In this timely juvenile novel, author Jacqueline Woodson relates the stories of six students in a Brooklyn, N.Y., grade 5-6 classroom who know they aren’t like other kids—“our learning felt like a race we were losing while the other kids sped ahead.”
Their teacher, Ms. Laverne, surprises them when she explains that for the last hour each Friday, they’ll have the opportunity to talk to each other, with no adult interference, in the school’s old art room. Each is apprehensive and wonders, What will we talk about?
Week by week in the ARTT (A Room To Talk) room—so named by one of the students―their anxiety and awkwardness give way to trust and truth-telling. The students, who come from various ethnic, religious, and socio-economic groups, share stories of a father gone missing amidst fears of deportation; a parent killed in a tragic accident; an imprisoned father; encounters with racial profiling; and experiences of discrimination for being black, brown, white, half black\half white, rich, poor, or an immigrant.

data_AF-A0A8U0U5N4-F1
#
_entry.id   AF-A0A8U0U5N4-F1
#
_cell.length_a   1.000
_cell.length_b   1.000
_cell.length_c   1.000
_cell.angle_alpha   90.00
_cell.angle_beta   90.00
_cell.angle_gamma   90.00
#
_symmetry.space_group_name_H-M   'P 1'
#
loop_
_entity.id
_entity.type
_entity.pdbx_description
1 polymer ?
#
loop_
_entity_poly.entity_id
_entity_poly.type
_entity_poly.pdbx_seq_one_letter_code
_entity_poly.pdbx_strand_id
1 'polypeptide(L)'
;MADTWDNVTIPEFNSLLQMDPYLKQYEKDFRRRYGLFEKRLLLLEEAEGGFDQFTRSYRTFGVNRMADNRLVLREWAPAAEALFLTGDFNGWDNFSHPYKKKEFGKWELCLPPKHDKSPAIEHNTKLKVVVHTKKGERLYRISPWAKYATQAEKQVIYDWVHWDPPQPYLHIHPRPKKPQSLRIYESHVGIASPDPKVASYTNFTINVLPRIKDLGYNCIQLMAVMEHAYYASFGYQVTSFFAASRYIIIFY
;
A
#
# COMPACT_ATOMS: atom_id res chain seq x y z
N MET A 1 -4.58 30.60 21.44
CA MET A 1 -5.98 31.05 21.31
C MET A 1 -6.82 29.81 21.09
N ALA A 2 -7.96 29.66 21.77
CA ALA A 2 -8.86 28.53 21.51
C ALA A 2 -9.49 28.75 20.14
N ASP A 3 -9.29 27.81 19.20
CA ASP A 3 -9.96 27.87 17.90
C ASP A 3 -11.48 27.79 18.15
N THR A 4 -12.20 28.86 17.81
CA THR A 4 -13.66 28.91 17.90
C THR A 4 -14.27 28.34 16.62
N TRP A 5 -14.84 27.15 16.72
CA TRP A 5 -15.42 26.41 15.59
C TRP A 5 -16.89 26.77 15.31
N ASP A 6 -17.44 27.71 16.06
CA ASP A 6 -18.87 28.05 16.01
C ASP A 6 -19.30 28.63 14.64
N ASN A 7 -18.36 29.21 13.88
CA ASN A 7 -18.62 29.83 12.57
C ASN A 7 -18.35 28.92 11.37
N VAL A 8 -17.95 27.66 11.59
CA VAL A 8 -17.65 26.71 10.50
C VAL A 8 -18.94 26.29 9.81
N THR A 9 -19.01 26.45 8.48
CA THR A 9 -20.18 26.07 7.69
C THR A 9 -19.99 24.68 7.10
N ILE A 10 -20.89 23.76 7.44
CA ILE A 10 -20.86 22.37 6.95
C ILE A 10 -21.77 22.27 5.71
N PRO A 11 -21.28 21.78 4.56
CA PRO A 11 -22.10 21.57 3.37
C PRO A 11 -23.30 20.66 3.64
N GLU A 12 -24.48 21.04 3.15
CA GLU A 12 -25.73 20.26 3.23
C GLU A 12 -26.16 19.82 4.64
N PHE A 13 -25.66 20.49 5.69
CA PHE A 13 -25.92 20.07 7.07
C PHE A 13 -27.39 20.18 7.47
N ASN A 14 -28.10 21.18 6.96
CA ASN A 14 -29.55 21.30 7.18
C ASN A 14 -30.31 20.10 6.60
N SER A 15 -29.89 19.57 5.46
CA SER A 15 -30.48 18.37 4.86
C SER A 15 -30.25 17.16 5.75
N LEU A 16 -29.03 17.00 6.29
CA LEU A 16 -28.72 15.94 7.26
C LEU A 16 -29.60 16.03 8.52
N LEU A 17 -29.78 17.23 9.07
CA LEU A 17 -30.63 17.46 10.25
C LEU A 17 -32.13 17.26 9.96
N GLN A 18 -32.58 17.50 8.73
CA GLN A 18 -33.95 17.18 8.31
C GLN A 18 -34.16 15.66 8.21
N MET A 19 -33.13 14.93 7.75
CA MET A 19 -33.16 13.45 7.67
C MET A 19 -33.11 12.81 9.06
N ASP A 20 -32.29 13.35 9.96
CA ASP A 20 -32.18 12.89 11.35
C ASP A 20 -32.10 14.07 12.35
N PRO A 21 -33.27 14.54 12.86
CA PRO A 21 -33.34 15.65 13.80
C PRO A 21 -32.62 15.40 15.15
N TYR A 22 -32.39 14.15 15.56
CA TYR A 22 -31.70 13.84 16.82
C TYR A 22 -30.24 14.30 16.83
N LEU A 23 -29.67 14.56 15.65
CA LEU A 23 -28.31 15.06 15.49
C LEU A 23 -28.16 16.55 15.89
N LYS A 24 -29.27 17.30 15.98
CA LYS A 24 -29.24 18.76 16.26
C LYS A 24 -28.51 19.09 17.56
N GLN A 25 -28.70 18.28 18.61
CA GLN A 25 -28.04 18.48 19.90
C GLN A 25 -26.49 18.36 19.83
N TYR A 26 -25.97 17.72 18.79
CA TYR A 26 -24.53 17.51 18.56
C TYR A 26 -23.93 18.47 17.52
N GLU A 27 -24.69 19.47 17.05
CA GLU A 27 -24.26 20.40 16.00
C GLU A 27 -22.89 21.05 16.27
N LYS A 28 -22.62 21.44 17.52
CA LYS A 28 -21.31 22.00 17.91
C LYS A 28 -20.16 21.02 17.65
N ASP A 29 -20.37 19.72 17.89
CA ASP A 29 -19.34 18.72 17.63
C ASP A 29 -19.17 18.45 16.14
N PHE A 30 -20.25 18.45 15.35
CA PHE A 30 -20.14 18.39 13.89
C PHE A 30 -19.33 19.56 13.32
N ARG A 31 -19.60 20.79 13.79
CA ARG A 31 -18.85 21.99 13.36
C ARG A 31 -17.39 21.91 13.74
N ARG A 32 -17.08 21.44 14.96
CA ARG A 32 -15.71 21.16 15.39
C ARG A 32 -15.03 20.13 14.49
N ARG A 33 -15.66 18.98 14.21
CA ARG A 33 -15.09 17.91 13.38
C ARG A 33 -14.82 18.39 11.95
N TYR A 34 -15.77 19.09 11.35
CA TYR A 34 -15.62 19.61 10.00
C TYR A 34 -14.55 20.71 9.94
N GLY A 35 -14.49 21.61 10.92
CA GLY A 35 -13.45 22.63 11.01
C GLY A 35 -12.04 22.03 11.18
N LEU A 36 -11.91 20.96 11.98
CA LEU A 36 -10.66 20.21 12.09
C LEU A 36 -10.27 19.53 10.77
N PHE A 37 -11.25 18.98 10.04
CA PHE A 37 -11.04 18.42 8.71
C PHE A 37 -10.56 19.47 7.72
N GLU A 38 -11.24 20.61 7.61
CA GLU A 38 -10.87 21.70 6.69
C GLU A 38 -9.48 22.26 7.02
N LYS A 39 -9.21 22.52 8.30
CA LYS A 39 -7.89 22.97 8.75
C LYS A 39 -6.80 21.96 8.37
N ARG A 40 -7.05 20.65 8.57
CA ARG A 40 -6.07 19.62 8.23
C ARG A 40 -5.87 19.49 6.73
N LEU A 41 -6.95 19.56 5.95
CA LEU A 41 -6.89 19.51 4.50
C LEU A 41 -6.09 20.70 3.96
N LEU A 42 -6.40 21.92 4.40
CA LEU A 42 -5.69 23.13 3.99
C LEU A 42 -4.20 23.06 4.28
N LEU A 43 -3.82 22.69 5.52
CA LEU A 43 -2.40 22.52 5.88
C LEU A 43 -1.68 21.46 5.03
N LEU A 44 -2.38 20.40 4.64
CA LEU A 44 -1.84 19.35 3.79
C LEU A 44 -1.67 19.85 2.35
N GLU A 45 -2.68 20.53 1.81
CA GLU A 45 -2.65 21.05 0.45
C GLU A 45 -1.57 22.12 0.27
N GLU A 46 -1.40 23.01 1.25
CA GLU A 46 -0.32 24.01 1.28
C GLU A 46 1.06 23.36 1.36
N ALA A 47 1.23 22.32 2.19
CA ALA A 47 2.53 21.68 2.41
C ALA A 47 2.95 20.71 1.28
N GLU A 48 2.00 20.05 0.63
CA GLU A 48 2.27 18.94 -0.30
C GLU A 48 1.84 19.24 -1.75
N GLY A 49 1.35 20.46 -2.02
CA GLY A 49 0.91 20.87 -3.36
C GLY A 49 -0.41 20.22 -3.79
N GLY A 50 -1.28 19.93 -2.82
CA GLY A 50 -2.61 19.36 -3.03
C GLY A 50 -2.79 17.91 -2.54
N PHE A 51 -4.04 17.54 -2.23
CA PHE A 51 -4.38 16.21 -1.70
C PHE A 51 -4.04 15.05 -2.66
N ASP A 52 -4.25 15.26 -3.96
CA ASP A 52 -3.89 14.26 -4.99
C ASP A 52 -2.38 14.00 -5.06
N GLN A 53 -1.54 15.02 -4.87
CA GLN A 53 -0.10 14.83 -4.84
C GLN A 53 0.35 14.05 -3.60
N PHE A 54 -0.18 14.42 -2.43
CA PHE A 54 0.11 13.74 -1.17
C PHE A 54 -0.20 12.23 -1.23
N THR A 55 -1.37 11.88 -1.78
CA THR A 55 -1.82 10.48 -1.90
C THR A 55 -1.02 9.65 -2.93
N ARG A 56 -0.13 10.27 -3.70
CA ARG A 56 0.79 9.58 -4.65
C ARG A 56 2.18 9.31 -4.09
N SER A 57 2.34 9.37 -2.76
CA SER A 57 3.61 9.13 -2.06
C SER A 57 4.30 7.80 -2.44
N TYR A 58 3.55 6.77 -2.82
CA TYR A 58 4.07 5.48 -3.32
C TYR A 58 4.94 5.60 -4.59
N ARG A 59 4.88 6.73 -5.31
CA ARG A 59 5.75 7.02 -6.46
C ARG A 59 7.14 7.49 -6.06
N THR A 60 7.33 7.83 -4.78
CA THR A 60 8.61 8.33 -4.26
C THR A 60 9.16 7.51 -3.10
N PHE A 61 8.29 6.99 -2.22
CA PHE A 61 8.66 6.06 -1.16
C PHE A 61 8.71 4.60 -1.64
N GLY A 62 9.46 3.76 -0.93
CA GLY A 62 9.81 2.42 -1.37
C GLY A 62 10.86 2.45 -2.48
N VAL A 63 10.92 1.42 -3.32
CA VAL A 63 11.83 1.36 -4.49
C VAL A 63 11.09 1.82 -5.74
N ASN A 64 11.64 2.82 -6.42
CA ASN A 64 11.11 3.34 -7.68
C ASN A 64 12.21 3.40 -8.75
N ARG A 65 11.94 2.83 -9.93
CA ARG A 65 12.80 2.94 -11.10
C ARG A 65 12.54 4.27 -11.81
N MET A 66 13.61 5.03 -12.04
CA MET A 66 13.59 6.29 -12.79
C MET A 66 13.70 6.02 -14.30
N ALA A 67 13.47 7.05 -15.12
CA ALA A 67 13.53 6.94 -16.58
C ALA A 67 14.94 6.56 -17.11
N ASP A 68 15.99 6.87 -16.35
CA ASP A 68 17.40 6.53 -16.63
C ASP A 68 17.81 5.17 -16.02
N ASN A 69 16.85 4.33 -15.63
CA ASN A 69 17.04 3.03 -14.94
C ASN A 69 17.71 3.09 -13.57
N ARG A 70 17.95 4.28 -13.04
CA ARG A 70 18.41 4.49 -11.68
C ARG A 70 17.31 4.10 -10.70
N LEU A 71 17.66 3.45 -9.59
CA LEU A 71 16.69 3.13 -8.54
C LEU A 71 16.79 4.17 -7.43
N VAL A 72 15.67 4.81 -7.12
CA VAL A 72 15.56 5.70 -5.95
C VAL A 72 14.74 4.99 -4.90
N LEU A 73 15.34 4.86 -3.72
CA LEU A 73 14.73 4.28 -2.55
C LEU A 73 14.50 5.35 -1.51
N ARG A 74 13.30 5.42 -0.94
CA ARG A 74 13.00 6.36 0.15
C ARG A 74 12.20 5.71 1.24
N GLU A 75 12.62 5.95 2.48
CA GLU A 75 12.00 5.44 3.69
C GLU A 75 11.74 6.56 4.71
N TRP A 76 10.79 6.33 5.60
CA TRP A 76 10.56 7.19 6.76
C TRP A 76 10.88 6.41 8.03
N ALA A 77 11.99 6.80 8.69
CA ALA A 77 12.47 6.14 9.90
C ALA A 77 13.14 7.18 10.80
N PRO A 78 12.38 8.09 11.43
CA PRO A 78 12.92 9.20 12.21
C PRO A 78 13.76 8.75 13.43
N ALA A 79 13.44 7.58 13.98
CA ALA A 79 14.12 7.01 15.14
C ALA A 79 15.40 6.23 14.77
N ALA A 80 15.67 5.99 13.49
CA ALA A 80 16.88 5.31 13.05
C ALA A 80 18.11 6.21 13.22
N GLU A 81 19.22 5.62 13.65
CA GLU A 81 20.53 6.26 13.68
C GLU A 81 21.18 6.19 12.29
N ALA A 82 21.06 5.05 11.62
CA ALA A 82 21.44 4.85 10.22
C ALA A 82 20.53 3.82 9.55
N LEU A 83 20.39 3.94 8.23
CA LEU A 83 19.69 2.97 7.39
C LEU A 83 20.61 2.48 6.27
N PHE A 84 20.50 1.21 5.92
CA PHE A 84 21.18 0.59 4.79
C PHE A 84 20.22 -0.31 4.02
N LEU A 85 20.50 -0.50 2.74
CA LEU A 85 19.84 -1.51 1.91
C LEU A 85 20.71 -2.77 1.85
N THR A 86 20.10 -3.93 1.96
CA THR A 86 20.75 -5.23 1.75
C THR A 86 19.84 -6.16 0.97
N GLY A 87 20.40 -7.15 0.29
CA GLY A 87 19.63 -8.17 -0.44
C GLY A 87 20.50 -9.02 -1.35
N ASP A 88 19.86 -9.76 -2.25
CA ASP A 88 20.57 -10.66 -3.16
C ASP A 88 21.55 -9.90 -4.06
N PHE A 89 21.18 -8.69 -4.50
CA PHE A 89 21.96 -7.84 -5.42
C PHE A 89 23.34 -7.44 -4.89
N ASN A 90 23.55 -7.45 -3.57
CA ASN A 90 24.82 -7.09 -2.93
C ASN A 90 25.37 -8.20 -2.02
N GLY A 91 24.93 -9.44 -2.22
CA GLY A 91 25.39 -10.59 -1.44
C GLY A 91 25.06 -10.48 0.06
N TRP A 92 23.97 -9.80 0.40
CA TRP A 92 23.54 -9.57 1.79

As their stories unfold, the students grapple with the meaning of freedom and whether or not they are experiencing it. One black student shares his father’s assessment: “like we were suspects from the day we were born.” Another student, a child of Puerto Rican immigrants, wonders why “this place acts like it doesn’t have any future dreams for us.”
By the end of the school year, the students have become what Ms. Laverne envisioned: harbors for each other.
Relevant to the current United States political climate, Harbor Me is worthwhile, not only for juvenile readers, but also for parents, teachers, youth pastors, social workers, and anyone who loves youth and works for their wellbeing. (Nancy Paulson Books 2018)